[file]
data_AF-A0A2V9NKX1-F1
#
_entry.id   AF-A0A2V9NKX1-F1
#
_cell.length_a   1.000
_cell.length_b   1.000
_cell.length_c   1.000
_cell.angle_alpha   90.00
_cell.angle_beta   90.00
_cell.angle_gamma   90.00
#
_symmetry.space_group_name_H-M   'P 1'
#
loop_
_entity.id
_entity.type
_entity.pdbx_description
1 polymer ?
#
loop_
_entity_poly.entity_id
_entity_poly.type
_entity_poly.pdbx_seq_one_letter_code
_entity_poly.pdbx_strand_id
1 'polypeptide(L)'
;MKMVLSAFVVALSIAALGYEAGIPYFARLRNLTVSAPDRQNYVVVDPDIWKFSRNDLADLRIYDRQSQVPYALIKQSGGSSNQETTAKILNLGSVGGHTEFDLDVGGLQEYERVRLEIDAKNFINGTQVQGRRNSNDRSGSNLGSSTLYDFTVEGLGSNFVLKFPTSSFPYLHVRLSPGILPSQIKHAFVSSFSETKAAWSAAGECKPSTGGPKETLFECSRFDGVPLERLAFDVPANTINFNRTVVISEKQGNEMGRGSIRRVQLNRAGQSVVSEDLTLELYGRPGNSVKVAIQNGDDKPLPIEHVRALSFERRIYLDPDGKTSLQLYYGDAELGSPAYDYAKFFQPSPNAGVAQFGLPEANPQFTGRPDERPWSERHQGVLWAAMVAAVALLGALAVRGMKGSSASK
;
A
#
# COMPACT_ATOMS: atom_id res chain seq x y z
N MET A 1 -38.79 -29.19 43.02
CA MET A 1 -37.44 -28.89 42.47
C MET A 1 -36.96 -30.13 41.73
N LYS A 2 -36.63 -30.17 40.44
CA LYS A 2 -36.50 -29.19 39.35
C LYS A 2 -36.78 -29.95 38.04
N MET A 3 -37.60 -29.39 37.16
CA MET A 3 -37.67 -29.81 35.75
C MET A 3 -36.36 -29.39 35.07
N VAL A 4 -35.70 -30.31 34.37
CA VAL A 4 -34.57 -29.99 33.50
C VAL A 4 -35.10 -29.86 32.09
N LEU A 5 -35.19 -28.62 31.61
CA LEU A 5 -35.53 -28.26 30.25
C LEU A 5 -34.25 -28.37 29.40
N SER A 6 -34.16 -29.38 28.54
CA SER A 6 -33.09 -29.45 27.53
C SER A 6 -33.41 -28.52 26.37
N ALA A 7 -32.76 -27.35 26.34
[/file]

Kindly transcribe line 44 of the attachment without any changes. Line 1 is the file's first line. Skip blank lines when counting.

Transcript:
CA LEU A 5 -35.53 -28.26 30.25